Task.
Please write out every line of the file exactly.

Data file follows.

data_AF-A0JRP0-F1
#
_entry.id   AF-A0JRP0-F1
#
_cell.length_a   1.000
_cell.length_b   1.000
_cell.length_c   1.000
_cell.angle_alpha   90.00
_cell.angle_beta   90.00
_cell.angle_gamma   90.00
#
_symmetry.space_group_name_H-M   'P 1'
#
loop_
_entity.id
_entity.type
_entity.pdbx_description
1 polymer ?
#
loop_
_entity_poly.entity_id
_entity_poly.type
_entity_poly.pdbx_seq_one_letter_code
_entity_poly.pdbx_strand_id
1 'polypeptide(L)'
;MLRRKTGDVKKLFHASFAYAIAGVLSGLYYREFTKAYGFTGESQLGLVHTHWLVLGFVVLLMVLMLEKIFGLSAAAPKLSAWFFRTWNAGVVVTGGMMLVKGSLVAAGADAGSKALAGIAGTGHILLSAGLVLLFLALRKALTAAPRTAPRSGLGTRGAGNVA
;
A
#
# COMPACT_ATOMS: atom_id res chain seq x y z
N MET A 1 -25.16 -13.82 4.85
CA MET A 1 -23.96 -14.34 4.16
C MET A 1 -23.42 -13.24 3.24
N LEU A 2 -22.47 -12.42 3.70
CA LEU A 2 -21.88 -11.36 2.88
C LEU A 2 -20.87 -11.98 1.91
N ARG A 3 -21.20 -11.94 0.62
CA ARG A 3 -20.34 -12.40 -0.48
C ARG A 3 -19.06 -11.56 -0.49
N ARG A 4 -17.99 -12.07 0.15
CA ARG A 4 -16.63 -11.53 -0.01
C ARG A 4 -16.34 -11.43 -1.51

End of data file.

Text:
data_AF-A0JRP0-F1
#
_entry.id   AF-A0JRP0-F1
#
_cell.length_a   1.000
_cell.length_b   1.000
_cell.length_c   1.000
_cell.angle_alpha   90.00
_cell.angle_beta   90.00
_cell.angle_gamma   90.00
#
_symmetry.space_group_name_H-M   'P 1'
#
loop_
_entity.id
_entity.type
_entity.pdbx_description
1 polymer ?
#
loop_
_entity_poly.entity_id
_entity_poly.type
_entity_poly.pdbx_seq_one_letter_code
_entity_poly.pdbx_strand_id
1 'polypeptide(L)'
;MLRRKTGDVKKLFHASFAYAIAGVLSGLYYREFTKAYGFTGESQLGLVHTHWLVLGFVVLLMVLMLEKIFGLSAAAPKLSAWFFRTWNAGVVVTGGMMLVKGSLVAAGADAGSKALAGIAGTGHILLSAGLVLLFLALRKALTAAPRTAPRSGLGTRGAGNVA
;
A
#
# COMPACT_ATOMS: atom_id res chain seq x y z
N MET A 1 -25.16 -13.82 4.85
CA MET A 1 -23.96 -14.34 4.16
C MET A 1 -23.42 -13.24 3.24
N LEU A 2 -22.47 -12.42 3.70
CA LEU A 2 -21.88 -11.36 2.88
C LEU A 2 -20.87 -11.98 1.91
N ARG A 3 -21.20 -11.94 0.62
CA ARG A 3 -20.34 -12.40 -0.48
C ARG A 3 -19.06 -11.56 -0.49
N ARG A 4 -17.99 -12.07 0.15
CA ARG A 4 -16.63 -11.53 -0.01
C ARG A 4 -16.34 -11.43 -1.51